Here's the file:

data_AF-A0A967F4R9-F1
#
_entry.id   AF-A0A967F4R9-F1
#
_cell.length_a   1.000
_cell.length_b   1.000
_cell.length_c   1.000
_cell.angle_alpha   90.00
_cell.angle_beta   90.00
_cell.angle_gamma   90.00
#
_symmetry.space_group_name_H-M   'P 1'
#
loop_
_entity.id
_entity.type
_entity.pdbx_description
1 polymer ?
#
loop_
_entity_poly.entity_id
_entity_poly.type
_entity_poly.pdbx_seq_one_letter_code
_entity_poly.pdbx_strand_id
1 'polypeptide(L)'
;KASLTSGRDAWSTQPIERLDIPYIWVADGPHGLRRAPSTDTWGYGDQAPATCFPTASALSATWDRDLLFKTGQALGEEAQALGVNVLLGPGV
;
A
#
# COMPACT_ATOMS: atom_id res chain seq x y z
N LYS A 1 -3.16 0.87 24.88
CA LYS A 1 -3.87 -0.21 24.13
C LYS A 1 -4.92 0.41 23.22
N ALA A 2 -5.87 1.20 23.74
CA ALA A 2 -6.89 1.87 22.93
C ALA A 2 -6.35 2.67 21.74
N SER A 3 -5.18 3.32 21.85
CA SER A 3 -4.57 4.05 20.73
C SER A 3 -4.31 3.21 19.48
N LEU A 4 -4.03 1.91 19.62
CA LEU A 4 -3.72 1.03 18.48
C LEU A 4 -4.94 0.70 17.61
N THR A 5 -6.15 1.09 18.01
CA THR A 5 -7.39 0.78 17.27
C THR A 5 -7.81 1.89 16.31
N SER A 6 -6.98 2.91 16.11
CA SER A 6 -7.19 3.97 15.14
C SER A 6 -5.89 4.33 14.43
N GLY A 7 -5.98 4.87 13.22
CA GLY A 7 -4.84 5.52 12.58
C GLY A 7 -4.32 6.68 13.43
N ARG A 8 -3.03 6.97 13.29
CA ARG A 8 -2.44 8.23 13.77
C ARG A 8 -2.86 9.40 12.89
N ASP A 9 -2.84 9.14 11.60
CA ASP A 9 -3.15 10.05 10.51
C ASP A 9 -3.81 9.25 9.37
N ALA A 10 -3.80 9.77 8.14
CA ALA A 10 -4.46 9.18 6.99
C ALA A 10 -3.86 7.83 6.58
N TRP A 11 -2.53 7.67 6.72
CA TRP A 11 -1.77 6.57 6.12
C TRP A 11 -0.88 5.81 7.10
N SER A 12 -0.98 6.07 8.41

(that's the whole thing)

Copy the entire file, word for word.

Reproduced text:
data_AF-A0A967F4R9-F1
#
_entry.id   AF-A0A967F4R9-F1
#
_cell.length_a   1.000
_cell.length_b   1.000
_cell.length_c   1.000
_cell.angle_alpha   90.00
_cell.angle_beta   90.00
_cell.angle_gamma   90.00
#
_symmetry.space_group_name_H-M   'P 1'
#
loop_
_entity.id
_entity.type
_entity.pdbx_description
1 polymer ?
#
loop_
_entity_poly.entity_id
_entity_poly.type
_entity_poly.pdbx_seq_one_letter_code
_entity_poly.pdbx_strand_id
1 'polypeptide(L)'
;KASLTSGRDAWSTQPIERLDIPYIWVADGPHGLRRAPSTDTWGYGDQAPATCFPTASALSATWDRDLLFKTGQALGEEAQALGVNVLLGPGV
;
A
#
# COMPACT_ATOMS: atom_id res chain seq x y z
N LYS A 1 -3.16 0.87 24.88
CA LYS A 1 -3.87 -0.21 24.13
C LYS A 1 -4.92 0.41 23.22
N ALA A 2 -5.87 1.20 23.74
CA ALA A 2 -6.89 1.87 22.93
C ALA A 2 -6.35 2.67 21.74
N SER A 3 -5.18 3.32 21.85
CA SER A 3 -4.57 4.05 20.73
C SER A 3 -4.31 3.21 19.48
N LEU A 4 -4.03 1.91 19.62
CA LEU A 4 -3.72 1.03 18.48
C LEU A 4 -4.94 0.70 17.61
N THR A 5 -6.15 1.09 18.01
CA THR A 5 -7.39 0.78 17.27
C THR A 5 -7.81 1.89 16.31
N SER A 6 -6.98 2.91 16.11
CA SER A 6 -7.19 3.97 15.14
C SER A 6 -5.89 4.33 14.43
N GLY A 7 -5.98 4.87 13.22
CA GLY A 7 -4.84 5.52 12.58
C GLY A 7 -4.32 6.68 13.43
N ARG A 8 -3.03 6.97 13.29
CA ARG A 8 -2.44 8.23 13.77
C ARG A 8 -2.86 9.40 12.89
N ASP A 9 -2.84 9.14 11.60
CA ASP A 9 -3.15 10.05 10.51
C ASP A 9 -3.81 9.25 9.37
N ALA A 10 -3.80 9.77 8.14
CA ALA A 10 -4.46 9.18 6.99
C ALA A 10 -3.86 7.83 6.58
N TRP A 11 -2.53 7.67 6.72
CA TRP A 11 -1.77 6.57 6.12
C TRP A 11 -0.88 5.81 7.10
N SER A 12 -0.98 6.07 8.41